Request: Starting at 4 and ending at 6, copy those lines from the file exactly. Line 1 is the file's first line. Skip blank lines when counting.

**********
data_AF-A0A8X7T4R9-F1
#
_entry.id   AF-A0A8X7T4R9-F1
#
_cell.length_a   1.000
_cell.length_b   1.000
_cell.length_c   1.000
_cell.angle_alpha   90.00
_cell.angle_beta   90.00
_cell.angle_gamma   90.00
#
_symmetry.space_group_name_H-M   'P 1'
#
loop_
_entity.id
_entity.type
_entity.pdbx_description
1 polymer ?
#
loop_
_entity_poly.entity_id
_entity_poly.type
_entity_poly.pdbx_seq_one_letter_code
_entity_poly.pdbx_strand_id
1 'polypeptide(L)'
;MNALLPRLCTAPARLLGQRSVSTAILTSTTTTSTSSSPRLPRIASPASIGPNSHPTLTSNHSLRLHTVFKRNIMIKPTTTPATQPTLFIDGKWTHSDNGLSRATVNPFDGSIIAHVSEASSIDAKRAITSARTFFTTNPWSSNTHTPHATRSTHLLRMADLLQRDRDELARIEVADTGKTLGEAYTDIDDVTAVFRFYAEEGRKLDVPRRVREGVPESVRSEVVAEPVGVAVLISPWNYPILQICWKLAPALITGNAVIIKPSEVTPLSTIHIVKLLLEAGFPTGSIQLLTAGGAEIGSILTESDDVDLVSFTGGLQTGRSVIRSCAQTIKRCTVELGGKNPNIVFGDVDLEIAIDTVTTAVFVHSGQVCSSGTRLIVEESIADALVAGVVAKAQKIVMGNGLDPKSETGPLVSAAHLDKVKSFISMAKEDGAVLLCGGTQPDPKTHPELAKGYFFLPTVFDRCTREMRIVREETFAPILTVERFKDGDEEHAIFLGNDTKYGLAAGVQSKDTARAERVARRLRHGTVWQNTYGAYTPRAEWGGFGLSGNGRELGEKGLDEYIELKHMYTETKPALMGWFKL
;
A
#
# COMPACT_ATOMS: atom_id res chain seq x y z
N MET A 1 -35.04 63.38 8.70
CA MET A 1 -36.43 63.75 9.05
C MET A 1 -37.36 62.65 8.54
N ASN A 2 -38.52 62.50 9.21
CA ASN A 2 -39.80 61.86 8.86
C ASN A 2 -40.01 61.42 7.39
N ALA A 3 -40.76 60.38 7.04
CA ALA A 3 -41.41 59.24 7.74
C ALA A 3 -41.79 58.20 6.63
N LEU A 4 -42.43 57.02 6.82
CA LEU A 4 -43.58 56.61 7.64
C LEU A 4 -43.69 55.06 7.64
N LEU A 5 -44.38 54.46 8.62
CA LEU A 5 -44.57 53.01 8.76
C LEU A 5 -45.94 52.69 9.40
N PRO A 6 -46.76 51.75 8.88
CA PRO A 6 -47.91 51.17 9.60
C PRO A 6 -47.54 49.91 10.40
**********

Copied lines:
#
_cell.length_a   1.000
_cell.length_b   1.000